America Is Frozen in the Cold War


Like a pocketful of quarters in the washing machine, the Soviet Union spun apart into clattering ruin on December 25, 1991, thus ending the Cold War. Five days after my third birthday, the fifteen Soviet satellites declared with one voice that they actually would like to have nice things. Gorbachev declared the end of the Soviet experiment, and the former Union began to untangle. Americans took to calling the end of the Cold War the “end of history.” This was a transparently silly thing to say – history had existed prior to Vladimir Lenin and would continue after his wretched empire. However, there was truth in it as it pertains to the American mind. 

Over the past week of Putin’s inhumanity in Ukraine, I’ve seen dozens of variations on Lt. Gen (ret) Barry McCaffrey stating that it is “astonishing Russia has performed so poorly.” Really? Because I’m not astonished. I’m not astonished at all. I wasn’t alive to watch the May Day tanks crunch through Red Square rumbling the stones and shaking the world. I never watched Khrushchev thrust his bald head forward and harangue the UN General Assembly. I don’t even remember the shambolic end of the Soviet corpse. In the final year of the USSR, I was probably playing with trucks and learning my colors or something. That’s never been my Russia. 

My Russia is the pallid Vladimir Putin, skin stretched like a painter’s canvas, strutting around in front of too many Russian flags. I’ve only ever known the Russia whose ships break down at sea and whose tanks rust a little more every time the frost melts. That Russia has a $2 trillion economy, an economy smaller than California. Its economy is somewhere around the size of Brazil or Indonesia. 

That’s why I felt so confused by the Trumpist rhetoric during the 2016 campaign. Then-candidate Trump and his apparatchiks repeated the refrain, “`wouldn’t it be nice if we got along with Russia?” I remember my own refrain: who cares? Who cares about a $2 trillion gas station with moldering gunships? When was the last time you heard a presidential candidate say, “Wouldn’t it be nice if we got along with Indonesia?” Never. Never is the answer. It would never happen because Indonesia does not loom overly large in the American mind. Cold War muscle memory inflates the Russian bear in the minds of Americans who remember the 50-year struggle.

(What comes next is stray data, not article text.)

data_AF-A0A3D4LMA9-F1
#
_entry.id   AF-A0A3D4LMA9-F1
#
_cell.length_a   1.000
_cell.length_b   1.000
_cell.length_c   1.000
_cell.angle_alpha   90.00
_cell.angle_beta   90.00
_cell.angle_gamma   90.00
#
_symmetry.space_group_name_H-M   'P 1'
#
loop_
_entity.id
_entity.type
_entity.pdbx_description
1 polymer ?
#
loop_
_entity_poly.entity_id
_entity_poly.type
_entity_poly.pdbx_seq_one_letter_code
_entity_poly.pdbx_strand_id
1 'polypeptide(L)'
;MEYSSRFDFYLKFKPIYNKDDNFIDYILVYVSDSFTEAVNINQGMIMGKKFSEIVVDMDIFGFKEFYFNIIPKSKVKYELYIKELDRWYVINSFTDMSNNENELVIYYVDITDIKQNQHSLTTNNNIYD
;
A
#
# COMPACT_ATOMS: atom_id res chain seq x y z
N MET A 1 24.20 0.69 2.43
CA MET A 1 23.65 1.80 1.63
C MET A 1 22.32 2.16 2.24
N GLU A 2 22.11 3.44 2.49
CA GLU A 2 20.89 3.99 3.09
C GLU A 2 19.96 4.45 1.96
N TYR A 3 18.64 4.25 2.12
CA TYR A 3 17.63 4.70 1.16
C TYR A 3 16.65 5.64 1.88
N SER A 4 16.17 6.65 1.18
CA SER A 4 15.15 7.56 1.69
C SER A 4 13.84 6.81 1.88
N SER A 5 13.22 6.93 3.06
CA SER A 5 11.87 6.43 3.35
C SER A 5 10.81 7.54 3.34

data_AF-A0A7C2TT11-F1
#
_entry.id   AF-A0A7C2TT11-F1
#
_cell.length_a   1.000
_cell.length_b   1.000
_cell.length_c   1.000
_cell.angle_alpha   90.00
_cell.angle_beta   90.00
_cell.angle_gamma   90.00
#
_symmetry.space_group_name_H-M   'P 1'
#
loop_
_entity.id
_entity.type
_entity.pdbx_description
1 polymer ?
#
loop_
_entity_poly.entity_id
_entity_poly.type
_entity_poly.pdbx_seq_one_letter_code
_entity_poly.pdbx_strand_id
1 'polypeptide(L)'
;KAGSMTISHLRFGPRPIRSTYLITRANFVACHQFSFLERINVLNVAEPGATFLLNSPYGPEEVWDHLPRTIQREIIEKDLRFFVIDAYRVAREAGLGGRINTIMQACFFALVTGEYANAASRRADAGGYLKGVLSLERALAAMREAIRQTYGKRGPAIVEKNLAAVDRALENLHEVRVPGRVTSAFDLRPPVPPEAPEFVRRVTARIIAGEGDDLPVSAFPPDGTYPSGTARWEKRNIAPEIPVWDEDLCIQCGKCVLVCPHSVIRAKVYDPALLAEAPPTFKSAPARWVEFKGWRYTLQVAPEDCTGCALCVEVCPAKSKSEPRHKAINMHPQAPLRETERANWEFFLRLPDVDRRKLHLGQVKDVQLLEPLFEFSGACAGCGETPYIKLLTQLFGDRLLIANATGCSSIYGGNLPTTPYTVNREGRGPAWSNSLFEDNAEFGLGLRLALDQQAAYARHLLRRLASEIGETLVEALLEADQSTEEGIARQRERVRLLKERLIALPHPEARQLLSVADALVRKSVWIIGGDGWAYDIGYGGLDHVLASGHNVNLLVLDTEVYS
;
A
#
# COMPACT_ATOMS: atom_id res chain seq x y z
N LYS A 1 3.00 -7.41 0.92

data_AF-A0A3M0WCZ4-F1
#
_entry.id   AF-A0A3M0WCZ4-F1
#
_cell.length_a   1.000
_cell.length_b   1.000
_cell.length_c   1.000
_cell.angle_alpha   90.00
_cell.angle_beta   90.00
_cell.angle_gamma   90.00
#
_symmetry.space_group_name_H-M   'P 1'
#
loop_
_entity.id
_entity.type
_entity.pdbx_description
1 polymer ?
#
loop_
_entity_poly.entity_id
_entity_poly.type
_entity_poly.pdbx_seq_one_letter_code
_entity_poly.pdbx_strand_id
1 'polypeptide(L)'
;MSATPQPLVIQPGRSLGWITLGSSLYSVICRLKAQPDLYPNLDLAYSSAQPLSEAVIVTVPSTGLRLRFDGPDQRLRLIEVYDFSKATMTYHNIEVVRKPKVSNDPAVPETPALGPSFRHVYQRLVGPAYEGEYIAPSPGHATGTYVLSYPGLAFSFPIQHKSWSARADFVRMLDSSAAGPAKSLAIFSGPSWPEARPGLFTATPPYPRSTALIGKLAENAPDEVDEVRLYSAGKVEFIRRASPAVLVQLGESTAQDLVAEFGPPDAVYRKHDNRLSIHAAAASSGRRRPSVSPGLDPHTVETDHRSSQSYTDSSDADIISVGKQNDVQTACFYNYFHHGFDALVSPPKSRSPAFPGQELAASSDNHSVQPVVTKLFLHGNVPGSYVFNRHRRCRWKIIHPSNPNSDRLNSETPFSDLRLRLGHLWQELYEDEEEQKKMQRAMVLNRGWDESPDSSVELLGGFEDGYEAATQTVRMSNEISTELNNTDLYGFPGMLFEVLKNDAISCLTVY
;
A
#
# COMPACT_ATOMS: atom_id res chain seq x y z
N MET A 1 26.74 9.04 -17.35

Well, the Cold War is over, has been over for a generation, and we won.

There are 44 aircraft carriers in service around the world. America has twenty. Russia has one. So, no, Romney was not “right.” An aggressive petrostate attacking its neighbors does not become America’s “biggest geopolitical threat” just because it’s in Europe. That’s Cold War nostalgia. Naked aggression does not make a country tough or threatening or powerful; it just makes them assholes. America’s greatest threat isn’t even a rising China; the only thing that can conquer America is our own democratic decay.

Russia is a regional power run by an aging malignant narcissist who seeks to recapture imagined glory. Putin and his goons must never be allowed to reconstitute their evil empire; they must be resisted by every nation that believes in liberty and democracy. Americans shouldn’t help them along by pretending they’re the superpower they once were. 

Keep in mind: their largest industry is oil, and their tanks keep running out of gas.